GDPR: The Latest in Data Privacy

By David Sauter, CEO

Published: May 18, 2018

Disclaimer: This article is purely informational and should not be used as legal advice. Please consult an attorney to learn if your company is impacted by General Data Protection Regulation (GDPR) and how to comply.

Have you noticed a recent influx of emails from companies regarding privacy policy updates? Did you catch Facebook’s Here Together video to promote their commitment to data privacy following their highly-publicized Congressional hearings? Have you heard that Apple has started pulling apps that collect location data without user consent?

Data privacy is on society’s brain. And GDPR is here, whether you’re ready or not.

What is GDPR?

On Oct. 6, 2015, the European Union and the United States Safe Harbor provisions ruled invalid by the European Court of Justice. Companies relied on these provisions for the transfer of information. Between the United States and the European Union/European Economic Area (EU/EEA). Thus, GDPR was enacted in 2017 to align privacy laws across Europe. This put EU and EEA citizens in control of their digital data. It went into effect on May 25, 2018.

Who does this impact?

If you think you’re safe from making any changes simply because your business isn’t located in the EU or EEA, it could be a mistake. If you provide goods or services to the EU and EEA or have personal data from or about any of their citizens. Will affect you, and you may need to make adjustments to comply with GDPR.

Source: SugarCRM

Personal data is defined as anything that would allow an individual to be directly or indirectly identified, including email, location and a unique identification number, to name a few.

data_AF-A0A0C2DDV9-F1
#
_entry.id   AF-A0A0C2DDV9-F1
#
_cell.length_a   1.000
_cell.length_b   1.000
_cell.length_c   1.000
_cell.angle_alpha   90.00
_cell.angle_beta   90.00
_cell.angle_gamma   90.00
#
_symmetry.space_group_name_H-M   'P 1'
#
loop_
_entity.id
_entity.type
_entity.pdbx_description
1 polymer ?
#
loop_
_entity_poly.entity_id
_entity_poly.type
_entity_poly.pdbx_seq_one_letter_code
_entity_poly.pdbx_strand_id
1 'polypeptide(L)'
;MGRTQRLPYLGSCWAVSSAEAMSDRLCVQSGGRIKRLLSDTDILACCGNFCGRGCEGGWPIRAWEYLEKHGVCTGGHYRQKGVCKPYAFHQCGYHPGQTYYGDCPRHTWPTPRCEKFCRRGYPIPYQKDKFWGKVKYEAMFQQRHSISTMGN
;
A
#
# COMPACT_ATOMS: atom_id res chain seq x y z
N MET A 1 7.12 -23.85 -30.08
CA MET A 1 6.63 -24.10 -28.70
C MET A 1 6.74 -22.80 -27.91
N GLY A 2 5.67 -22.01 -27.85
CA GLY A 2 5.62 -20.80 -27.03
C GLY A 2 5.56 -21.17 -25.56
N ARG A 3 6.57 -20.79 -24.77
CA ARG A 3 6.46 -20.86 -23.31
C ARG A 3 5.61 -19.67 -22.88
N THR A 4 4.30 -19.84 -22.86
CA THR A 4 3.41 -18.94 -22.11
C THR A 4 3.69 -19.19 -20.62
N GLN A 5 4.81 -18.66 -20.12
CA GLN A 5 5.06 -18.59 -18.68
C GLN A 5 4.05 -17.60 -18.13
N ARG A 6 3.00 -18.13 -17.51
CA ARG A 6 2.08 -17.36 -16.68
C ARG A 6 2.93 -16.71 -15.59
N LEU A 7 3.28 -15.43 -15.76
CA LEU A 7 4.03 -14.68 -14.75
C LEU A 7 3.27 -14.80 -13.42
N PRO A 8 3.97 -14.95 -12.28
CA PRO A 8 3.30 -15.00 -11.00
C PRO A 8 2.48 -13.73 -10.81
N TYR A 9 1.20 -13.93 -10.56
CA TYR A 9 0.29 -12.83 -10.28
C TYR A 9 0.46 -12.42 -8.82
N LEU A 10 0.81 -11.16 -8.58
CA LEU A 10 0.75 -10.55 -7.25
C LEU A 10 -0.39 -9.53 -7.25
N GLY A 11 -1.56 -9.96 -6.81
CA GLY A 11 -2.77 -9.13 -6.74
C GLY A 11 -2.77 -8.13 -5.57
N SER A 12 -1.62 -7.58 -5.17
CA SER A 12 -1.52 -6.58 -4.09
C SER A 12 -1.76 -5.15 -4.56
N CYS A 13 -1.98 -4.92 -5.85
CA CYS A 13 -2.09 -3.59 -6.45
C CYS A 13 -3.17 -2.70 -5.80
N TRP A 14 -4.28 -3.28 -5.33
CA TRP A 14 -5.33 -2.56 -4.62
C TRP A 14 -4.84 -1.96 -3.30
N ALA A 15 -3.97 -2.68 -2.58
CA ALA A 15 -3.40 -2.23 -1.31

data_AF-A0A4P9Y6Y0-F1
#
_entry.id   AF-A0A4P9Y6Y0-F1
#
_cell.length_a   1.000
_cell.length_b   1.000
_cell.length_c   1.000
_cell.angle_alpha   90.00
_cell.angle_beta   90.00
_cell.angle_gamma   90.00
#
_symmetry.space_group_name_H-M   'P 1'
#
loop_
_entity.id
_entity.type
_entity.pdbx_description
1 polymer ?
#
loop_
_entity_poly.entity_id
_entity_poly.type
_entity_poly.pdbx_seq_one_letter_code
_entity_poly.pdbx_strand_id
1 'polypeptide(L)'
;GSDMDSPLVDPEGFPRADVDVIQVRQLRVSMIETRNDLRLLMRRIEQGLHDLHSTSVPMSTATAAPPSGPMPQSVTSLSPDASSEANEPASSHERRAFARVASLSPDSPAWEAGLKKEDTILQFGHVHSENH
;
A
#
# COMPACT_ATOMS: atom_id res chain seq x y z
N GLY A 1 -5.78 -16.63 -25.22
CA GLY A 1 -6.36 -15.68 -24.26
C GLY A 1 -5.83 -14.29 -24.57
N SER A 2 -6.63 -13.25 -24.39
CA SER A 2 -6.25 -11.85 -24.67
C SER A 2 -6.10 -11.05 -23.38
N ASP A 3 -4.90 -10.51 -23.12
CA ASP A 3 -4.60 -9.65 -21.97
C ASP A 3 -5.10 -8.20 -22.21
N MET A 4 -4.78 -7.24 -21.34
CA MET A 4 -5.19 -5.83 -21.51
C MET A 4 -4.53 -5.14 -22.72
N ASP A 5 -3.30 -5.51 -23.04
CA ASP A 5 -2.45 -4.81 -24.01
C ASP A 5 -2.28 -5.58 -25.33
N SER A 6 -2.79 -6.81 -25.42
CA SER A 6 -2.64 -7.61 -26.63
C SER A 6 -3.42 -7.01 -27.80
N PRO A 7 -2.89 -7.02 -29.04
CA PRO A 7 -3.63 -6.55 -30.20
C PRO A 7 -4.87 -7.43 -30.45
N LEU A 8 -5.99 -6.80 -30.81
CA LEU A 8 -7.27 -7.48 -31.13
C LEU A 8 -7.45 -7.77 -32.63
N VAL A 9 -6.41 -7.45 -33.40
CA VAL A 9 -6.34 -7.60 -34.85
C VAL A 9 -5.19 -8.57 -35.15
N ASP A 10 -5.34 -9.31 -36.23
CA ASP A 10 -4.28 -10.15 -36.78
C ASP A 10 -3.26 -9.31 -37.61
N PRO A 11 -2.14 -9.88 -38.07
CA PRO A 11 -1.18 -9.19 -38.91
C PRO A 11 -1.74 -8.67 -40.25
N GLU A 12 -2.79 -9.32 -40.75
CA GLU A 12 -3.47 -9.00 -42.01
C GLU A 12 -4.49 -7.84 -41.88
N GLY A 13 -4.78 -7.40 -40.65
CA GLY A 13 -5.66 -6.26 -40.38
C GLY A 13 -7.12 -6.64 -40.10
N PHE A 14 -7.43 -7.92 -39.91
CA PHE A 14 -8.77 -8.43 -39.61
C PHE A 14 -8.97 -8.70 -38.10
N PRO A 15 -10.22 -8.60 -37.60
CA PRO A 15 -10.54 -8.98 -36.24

GDPR specifically applies to data controllers and data processors. Meaning those who determine the purpose of the data (your company) and those who process the data on behalf of the controller (Google Analytics, for example), respectively.

What does this affect?

Frankly, more than you can imagine. Consumers’ personal data can be found in Google Analytics, and ad-buying platforms. This includes Google AdWords, social media platforms and their corresponding business/ad manager sites, email lists and contact forms, recorded UX sessions, CRM data, e-commerce and loyalty programs, and the list goes on and on.   

Citizens of the EU and EEA now have full rights to access, remove and control their own personal data under GDPR. A few of the specific rights laid out in GDPR include:

  1. Individual Consent — organizations must clearly request consent to use a consumer’s data.
  2. The Right to Access — organizations must be able to provide individuals with access to their own data and explain it.
  3. The Right to be Forgotten — consumers have the right to remove their data from a data system.
  4. Data Breach Notification — consumers have the right to be notified when their personal information has been breached.

Okay, so what does this all mean?

Unfortunately, the consequences of ignoring GDPR can be costly; businesses can be fined up to €20 million or 4 percent of worldwide revenue if found non-compliant.

That being said, your business’s roadmap to GDPR compliance will vary depending on your business location, your consumers, your data collection tactics and the personal customer information that you store. Ultimately, you must read through the GDPR provisions and articles thoroughly. Audit your company’s data collection and storage practices, and consult a lawyer to determine compliance.

Ultimately, companies can leverage GDPR to gain customer trust by handling personal information with transparency, asking permission and being informative and thorough.

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